Fact Sheet: E-15 Partial Waiver Legal Challenge
On December 20, 2010, the newly formed Engine Products Group comprising the Alliance of Automobile Manufacturers (Alliance), The Association of International Automobile Manufacturers, Inc. (AIAM), the National Marine Manufacturers Association (NMMA), and the Outdoor Power Equipment Institute (OPEI) filed a petition challenging the Environmental Protection Agency’s (EPA) decision to grant a partial waiver approving the sale of gasoline containing 15 percent ethanol (E-15) for 2007 model year and newer passenger cars and light trucks.
Partial Waiver Shortcomings
- EPA has failed to document or estimate the rate of misfueling that would occur under its “partial waiver” and the resulting environmental and economic consequences on consumers, owners and operators and on engine manufacturers that could become unfairly subject to warranty claims for damaged products.
- In its waiver decision, EPA has failed to address how consumers would even have continued access to fuels containing no more than 10% ethanol. Consumers would have no choice but to misfuel their products with E-15 if that is the only fuel offered by a gas retailer.
- In 2007, Congress prohibited EPA from approving a fuel waiver (for any fuels containing more than 10% Ethanol) unless the Agency determined that those fuels would not cause “any” failures (from on-road or non-road products) to meet their applicable emission standards over their useful lives in operation.
The petition filing is based on the following facts:
- The premature introduction of mid-level ethanol blends (as a general purpose fuel) could result in unintended adverse impacts on the 250 million Americans who own and operate over 400 million motor vehicles, motorcycles, lawnmowers, chainsaws, recreational boats, ATVs, etc.
- Except for “flexible fuel vehicles” (FFVs), on-road and non-road engines are not designed to operate on fuels that contain more than 10% ethanol. Fuels containing more than 10% ethanol could cause significant and permanent damage to these products, void their product-warranty coverage, create potential operating hazards, and increase emissions above applicable emission limits.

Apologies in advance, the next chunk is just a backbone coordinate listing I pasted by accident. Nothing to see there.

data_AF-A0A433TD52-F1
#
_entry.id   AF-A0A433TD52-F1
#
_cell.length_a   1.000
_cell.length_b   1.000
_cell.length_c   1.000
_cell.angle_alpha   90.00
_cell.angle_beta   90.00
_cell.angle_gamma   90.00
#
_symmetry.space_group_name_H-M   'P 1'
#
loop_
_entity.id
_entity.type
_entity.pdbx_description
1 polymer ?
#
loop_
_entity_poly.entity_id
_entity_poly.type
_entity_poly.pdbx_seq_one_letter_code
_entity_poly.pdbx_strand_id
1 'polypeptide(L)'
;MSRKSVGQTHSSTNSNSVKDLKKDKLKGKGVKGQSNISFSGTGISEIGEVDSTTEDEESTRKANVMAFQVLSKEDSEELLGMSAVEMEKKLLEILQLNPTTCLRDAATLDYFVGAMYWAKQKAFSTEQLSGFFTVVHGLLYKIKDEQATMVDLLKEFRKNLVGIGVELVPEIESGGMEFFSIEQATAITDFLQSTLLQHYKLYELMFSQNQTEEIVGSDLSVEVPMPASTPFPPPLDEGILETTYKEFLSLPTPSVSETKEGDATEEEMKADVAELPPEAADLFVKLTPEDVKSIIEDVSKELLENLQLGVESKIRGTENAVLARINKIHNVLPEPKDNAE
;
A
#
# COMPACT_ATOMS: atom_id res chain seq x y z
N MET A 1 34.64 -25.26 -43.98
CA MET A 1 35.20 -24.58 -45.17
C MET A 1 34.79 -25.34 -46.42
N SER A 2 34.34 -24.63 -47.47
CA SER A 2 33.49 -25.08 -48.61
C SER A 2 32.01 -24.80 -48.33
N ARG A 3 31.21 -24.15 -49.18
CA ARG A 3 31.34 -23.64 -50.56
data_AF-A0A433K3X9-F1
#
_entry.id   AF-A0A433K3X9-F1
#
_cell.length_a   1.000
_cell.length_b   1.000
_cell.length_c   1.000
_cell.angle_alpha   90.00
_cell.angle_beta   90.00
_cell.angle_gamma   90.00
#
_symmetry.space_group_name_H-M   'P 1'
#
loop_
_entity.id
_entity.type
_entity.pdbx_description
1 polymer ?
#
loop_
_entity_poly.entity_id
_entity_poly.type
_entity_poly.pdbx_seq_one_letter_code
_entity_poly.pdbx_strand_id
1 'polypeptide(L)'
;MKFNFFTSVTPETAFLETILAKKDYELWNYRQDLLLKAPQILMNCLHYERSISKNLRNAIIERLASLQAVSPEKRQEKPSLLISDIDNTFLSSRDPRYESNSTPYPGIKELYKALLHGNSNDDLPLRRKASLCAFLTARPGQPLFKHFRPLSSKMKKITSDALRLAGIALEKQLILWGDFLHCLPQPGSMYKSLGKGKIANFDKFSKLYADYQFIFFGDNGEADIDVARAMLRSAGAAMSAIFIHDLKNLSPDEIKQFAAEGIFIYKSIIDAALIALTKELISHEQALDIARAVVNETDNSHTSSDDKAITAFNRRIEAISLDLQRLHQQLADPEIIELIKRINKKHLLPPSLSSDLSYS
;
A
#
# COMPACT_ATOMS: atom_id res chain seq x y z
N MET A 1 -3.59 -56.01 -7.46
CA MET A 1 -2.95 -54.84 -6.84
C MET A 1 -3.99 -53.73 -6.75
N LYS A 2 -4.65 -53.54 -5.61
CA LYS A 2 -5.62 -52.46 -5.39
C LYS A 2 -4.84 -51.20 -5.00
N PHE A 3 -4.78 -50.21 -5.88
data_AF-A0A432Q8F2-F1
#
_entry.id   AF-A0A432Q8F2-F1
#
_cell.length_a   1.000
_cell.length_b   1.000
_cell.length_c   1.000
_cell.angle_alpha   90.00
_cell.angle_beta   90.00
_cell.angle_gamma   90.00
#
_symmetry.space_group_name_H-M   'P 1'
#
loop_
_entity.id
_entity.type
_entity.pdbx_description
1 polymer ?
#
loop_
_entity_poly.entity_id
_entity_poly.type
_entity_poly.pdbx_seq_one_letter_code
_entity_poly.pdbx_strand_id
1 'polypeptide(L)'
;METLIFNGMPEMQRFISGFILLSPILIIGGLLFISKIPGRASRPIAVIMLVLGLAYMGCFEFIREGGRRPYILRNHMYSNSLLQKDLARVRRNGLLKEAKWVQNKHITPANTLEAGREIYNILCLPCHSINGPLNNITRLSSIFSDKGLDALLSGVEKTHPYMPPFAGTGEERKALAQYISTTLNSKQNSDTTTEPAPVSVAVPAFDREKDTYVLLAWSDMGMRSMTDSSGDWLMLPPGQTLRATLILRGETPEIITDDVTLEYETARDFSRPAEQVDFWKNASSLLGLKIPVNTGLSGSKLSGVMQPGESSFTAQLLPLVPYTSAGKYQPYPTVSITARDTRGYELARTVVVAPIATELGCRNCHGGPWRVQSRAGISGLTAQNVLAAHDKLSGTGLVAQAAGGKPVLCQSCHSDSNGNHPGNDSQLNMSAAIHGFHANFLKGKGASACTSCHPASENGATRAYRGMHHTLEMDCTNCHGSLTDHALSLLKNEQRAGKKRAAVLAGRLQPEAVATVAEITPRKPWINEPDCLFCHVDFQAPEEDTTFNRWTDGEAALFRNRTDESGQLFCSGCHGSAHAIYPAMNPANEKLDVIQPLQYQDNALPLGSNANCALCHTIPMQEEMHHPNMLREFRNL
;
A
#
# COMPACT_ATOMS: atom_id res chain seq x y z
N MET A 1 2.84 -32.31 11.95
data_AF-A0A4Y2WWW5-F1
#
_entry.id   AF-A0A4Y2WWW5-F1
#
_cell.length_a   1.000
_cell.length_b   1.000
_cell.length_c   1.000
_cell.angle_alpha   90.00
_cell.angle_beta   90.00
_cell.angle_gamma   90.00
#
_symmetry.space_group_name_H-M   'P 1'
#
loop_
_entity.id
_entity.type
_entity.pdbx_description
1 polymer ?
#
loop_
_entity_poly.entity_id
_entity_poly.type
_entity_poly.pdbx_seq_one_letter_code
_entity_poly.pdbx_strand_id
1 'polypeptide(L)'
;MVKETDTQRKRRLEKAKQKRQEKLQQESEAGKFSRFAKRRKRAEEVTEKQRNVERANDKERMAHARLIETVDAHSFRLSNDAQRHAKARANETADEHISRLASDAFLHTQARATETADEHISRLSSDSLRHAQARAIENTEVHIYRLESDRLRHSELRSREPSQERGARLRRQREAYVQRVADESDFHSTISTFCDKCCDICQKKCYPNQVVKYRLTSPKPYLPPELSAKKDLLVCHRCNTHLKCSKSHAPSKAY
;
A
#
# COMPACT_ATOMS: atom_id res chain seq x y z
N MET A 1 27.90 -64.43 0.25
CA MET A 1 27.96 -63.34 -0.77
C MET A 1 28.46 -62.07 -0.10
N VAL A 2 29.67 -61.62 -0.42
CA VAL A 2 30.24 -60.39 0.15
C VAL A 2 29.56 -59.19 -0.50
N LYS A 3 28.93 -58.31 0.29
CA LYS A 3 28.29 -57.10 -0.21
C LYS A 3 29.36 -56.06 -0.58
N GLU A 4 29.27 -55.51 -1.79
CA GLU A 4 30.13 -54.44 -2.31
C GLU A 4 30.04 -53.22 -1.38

- In decisions issued on October 13, 2010, EPA recognized that E-15 blends can cause “engine failures from over heating” as well as emission increases and “emission (durability) impacts and material compatibility issues.” Accordingly, EPA denied a broad waiver request to allow the introduction into commerce of 15% ethanol into non-road engines, vehicles and equipment as well as in older model year motor vehicles. However, EPA conditionally approved based on inadequate tests the ultimate introduction into commerce of E-15 fuels into newer (2007 and later) model year motor vehicles.
The main concerns are that:
1) almost without exception, current off-road equipment is not designed, built or warranted for mid-level blends and consumers could encounter performance irregularities, increased heat and exhaust temperatures, failure or unintentional clutch engagement which pose a safety risk, and
2) EPA had not put into place an effective, practical or enforceable mechanism to bifurcate the fuels market. Instead, EPA’s approach is based on the assumption that gasoline retailers can somehow (through a “self-policing” warning label) keep E-15 fuels from being misfueled, even though there will likely be a significant price incentive to purchase these less expensive fuels.
Despite these serious concerns, in October, 2010, the EPA did indeed approve higher levels of ethanol (E-15 or 15% ethanol) in gasoline for use in only 2007 and newer automobiles.